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How Brexit marks the end of the British story

Anti-Brexit campaigners in front of the Houses of Parliament. (Daniel Leal-Olivas/PA) - Credit: PA Archive/PA Images

AC GRAYLING argues when the Brexit issue is resolved, as well as addressing serious inequalities and injustices in our economy and society, there is a huge clean-up operation required in our political and constitutional order.

Whatever the outcome of the Brexit debacle – whether the UK leaves the EU or remains in it, or soon returns to it, or survives as ‘the UK’, or splits into two or three separate states – the debacle itself is already a mark of closure, an ending, to something that has been integral to one major stream of British self-identity.

This was the belief, lingering after the end of empire, in the superior nature of everything British: The character of the people, the institutions of the state, the contributions made to world science, thought and culture, and the globally dominant English language itself.

Britain was the birthplace of the industrial revolution, steam power, the railways; in the 19th century it was the richest and most powerful country in the world; and when it stood atop the world its navy, the global police force, operated to a ‘two-power standard’ meaning that it was bigger and stronger not just than the world’s next biggest and strongest navy, but the two next biggest and strongest navies combined.

The pride and pomp of the British in the heyday of empire did not last long. Two world wars impoverished the country and destroyed its empire. (Our ‘special relationship’ with the USA consisted in getting desperately needed aid during the Second World War in return for a promise to dismantle the empire. Even if the UK could have maintained the empire, which it could not, as proved by Suez, it in effect traded the empire for survival in the 1940s.)

In the dour 1950s, the febrile 1960s and the struggling 1970s the brutal realities were clear to more astute observers: The phrase “lost an empire and not yet found a role” was on their lips. Entry to the EEC/EU saved the country’s economy and saw it flourish, and offered a new and significant role as one of the big three states in one of the big three blocs in the emerging new post-Cold War world, alongside the USA and China.

A mature and intelligent acceptance of this new role and its great possibilities seemed to have established itself at the beginning of the new century, as expressed by the success and confidence of the London Olympics in 2012. But alas, there was still too much rot in the floorboards, and British self-congratulation in the first decade of the 21st century had given a group of people in our political order – a fifth column from the past – the feeling that now was the time to reassert what they mythologised as the spirit of Britain in Queen Victoria’s diamond jubilee.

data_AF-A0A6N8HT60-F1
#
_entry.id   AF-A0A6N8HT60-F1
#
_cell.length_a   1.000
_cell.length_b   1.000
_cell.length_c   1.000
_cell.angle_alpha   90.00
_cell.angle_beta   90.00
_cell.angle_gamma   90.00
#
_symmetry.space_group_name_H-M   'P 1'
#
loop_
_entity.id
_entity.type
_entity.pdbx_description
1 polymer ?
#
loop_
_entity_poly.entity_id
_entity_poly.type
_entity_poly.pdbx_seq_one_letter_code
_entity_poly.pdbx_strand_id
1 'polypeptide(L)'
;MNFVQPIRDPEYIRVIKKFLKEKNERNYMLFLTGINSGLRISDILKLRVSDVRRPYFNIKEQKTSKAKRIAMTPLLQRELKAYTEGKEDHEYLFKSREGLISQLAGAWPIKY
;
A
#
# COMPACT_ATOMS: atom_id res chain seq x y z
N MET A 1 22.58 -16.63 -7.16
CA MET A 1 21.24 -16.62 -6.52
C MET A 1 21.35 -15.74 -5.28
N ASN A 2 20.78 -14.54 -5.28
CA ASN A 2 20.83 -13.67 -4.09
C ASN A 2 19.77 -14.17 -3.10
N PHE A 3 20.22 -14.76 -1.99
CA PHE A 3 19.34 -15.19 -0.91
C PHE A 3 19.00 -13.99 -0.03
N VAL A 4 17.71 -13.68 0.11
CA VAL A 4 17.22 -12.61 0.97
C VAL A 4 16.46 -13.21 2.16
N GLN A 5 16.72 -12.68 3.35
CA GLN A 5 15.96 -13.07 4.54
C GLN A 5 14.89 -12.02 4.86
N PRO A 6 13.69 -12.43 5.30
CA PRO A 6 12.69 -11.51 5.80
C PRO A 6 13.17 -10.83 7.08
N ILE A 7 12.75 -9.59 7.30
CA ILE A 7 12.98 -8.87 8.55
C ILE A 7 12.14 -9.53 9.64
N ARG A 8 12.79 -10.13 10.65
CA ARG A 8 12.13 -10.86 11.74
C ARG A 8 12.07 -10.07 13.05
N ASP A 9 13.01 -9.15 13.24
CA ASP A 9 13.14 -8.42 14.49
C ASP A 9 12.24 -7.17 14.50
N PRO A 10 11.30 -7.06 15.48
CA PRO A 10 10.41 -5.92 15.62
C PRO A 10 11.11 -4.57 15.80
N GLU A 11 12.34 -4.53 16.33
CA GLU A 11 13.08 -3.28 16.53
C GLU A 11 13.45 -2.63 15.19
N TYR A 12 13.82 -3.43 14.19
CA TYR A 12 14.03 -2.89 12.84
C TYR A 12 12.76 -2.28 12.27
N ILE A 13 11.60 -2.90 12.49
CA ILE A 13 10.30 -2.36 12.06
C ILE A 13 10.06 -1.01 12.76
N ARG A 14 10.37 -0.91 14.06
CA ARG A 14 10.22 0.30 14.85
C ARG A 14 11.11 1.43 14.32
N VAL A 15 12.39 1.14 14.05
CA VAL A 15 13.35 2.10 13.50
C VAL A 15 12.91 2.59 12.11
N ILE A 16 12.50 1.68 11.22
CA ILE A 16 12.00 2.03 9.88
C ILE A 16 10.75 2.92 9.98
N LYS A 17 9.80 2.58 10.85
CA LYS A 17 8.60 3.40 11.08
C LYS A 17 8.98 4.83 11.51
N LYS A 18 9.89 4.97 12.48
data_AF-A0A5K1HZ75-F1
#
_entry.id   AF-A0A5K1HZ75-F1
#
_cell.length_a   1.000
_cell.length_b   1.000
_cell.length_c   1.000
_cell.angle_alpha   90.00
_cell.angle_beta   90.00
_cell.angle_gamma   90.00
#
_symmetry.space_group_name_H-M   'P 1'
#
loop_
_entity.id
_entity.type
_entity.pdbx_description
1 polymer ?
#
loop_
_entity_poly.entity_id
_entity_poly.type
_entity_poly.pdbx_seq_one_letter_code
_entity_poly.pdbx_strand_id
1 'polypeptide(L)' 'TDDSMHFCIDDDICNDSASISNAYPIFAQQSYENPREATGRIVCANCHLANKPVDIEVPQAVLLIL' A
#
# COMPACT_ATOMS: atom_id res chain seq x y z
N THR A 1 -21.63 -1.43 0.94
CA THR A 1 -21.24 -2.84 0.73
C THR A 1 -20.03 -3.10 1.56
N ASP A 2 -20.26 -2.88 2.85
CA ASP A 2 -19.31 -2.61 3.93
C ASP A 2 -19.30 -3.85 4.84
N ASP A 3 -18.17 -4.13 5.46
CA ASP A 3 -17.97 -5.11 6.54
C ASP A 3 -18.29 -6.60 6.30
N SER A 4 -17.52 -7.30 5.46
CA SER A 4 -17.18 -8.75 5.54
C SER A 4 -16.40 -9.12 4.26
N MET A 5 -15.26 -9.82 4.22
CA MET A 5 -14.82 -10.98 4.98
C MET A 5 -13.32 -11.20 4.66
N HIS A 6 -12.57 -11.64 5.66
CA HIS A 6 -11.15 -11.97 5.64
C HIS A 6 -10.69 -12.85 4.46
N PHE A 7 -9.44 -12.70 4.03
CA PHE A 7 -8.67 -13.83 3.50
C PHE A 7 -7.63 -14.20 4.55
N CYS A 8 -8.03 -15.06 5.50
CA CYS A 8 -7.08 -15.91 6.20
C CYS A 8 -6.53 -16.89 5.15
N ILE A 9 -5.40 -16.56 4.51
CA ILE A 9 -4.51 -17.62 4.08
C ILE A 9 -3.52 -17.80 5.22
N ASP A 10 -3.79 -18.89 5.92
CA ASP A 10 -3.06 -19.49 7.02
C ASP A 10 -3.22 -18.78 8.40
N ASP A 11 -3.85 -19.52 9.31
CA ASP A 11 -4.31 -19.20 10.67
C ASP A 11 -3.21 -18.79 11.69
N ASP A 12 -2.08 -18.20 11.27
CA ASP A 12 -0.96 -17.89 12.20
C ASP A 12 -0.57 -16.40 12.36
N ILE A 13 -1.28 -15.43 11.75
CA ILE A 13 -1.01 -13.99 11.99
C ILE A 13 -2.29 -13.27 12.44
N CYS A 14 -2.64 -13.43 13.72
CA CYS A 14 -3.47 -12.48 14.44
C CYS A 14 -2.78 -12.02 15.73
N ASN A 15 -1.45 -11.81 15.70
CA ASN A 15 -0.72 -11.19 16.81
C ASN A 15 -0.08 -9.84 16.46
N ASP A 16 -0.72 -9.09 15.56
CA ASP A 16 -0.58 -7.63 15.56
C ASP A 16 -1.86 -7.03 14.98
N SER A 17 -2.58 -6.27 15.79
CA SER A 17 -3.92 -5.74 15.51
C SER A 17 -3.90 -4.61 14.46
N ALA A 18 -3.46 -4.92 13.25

They felt this because of the conjunction of two factors: First, despite the world financial crash of 2008 the British economy was in good fundamental shape, and second, the length of time we had been benefitting from EU membership was taking the country close (as, in fact, they correctly saw it) to a point of no return beyond which their dream of taking the UK out of the EU could not be realised. Their thought was: “If not now, never; and the conditions appear ripe.”

The ‘Eurosceptics’ in the Tory Party, soon and unexpectedly to be aided and abetted by the little rump of far-left Eurosceptics in the Labour Party, had been giving their own party leaders a great deal of trouble ever since the UK joined the then-EEC in 1973. Their power varied inversely with the number of Tory seats in the House of Commons. They succeeded in getting a Tory prime minister, David Cameron, leading a minority Tory party in the House of Commons and therefore in coalition, to commit to a referendum on continued EU membership.

There was no other reason for having such a referendum; it was purely an internal Tory party affair. The surprise win by the Tories in 2015 (gifted by the swing to the left of the Labour Party, away from the successful version of liberal-left social democracy created by Blair and Brown) cemented Cameron into carrying out that promise.

However, very few things have a single, simple cause. The circumstances of the 2016 referendum, its nature, and its consequences, have multiple causes that jointly led to the stupefying mess in the country and its political and constitutional order that we are now in. The Eurosceptics made good use of these other factors. They are as follows.